Most of the sanctions imposed on Russia will not be lifted even in case of a ceasefire in Ukraine and reaching any agreement. The point of no return to "pre-February normality" was achieved, so there is a need to focus on creating a new future, where sanctions will be a constant variable.
Any conflict sooner or later ends in peace and some people hope for a return of "normality". Such logic seems to be simple: at some point the parties will cease fire and sit down at the negotiating table. Following this logic, the end of hostilities would lead to a gradual reduction of sanctions pressure, and Russian business would be able to return to working with Western partners. According to Ivan Timofeev, Program Director of the Valdai International Discussion Club, the future doesn't seem to be so bright.
There are several reasons why the sanctions will not be lifted.
The complexity of the conflict between Ukraine and Russia, it might become a long-term conflict. There may be pauses in active hostilities. The parties may conclude temporary truces. However, such truces are unlikely to remove the political contradictions that gave rise to the conflict. Currently, there are no parameters of a political compromise that would suit all parties. Even if an agreement between Moscow and Kiev is reached, its sustainability and feasibility are not guaranteed. Relations between Russia and Ukraine risk becoming one of the long-term conflicts similar to the relations between India and Pakistan, North and South Korea. The complexity and long-term nature of the conflict are guaranteed by Western sanctions for the long period of time.
The stable character of relations between Russia and the West. Ukrainian conflict is just a part of Euroatlantic security architecture. There is an unstable system of asymmetric bipolarity in Europe, where Russian and NATO security is unlikely to be indivisible. Russia is not able to crush the West, without receiving an unacceptable damage, the same it true for the West.
For Russia, the strategy of asymmetric balancing of Western superiority remains optimal. It is possible that a radical revision of Ukrainian territory, i.e. alienation of its Eastern and Southern parts, will become a part of such course. But this measure will not lead to solution of the sanctions problem.
Institutional features of the sanctions policy. Experience shows that sanctions are relatively easy to impose, but very difficult to lift. Thus, a whole "web of laws" has been formed in the United States regarding Iran, which significantly limits the administration's ability to waive sanctions. Even if sanctions are not enshrined in law, their cancellation or mitigation still requires political capital, which not every politician is willing to spend. In the US, such steps will cause criticism or even opposition in Congress, and in the EU – disagreements of member states.
Of course, certain restrictions are lifted in case if it suits the national interests of the initiators of sanctions. The example of sanction pressure on Belarus is a good example, but anyway legal mechanisms of sanctions remain and can be used any time.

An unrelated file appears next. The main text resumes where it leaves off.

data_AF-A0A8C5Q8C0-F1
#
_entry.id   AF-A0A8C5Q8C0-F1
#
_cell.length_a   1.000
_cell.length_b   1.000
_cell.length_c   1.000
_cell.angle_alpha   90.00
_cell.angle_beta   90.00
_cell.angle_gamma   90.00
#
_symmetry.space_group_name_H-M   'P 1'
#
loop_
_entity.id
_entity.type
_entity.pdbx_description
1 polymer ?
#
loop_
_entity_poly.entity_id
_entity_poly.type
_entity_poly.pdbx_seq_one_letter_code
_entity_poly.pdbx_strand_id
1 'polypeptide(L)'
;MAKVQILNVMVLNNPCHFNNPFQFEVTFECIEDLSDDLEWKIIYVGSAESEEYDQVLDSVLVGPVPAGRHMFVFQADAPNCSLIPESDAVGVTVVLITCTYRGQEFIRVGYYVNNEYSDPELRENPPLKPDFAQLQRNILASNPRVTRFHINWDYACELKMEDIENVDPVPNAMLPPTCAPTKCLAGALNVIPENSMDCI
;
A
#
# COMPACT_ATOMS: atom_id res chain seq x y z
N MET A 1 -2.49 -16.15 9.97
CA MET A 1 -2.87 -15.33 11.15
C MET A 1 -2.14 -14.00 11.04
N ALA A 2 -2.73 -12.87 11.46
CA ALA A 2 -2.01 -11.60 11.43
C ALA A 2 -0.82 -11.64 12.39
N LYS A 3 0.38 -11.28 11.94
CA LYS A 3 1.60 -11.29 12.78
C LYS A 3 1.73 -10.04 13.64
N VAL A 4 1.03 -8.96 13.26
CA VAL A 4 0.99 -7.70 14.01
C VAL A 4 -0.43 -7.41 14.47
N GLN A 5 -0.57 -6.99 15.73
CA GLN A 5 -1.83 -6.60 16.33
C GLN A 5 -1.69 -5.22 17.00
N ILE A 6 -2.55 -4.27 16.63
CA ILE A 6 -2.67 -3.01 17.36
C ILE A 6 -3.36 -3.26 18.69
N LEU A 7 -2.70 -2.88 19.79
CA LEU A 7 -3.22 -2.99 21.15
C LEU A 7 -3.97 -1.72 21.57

Rapid reversibility of sanctions. Their cancellation is often accompanied by political demands, the implementation of which is a complex process. For example, the Iranian nuclear deal required several years of complex negotiations and significant technological solutions. At the same time a repeated imposition of sanctions is much faster process. There is an asymmetry in the performance of obligations. The fulfillment of the initiators' demands requires significant changes, whereas the return of sanctions requires only a political decision.
Rapid cancellation of sanctions also causes the distrust of target countries. It is easier for them to continue living under sanctions than to make heavy concessions with the risk of getting new sanctions. Historical experience shows that the initiators of sanctions tend to play the game of "finishing off" the opponent. After the concessions, new, more radical political demands and threats of new sanctions appear.
The ability to adapt. Without any doubt, Russia will suffer enormous damage from the imposed restrictive measures. However, the possibilities of its adaptation to the sanctions regime remain high.
Firstly, Russia has chance to partially compensate falling supplies from abroad by its own industry, although this will require political will and concentration of resources.
Secondly, there is an access to non-werstern markets as well as to the alternative sources of goods, services and tachnologies. The key condition to solve this task is creation of reliable financial transactions channels indepent from US dollar, euro and Western financial institures. This task is possible to be solved technically and politically, but it will require time and political will.
These reasons make the prospect of lifting or significantly reducing the sanctions pressure on Russia extremely unlikely. The United States, the EU and other initiators have already imposed the most severe restrictions on Moscow. But the limit of sanctions is not over yet. However, this is not the end of Russian economy, it has just created the new conditions, where Russia has to adapt and operate ti dubf bew opportunities to develop and grow.
Source: Valdai discussion club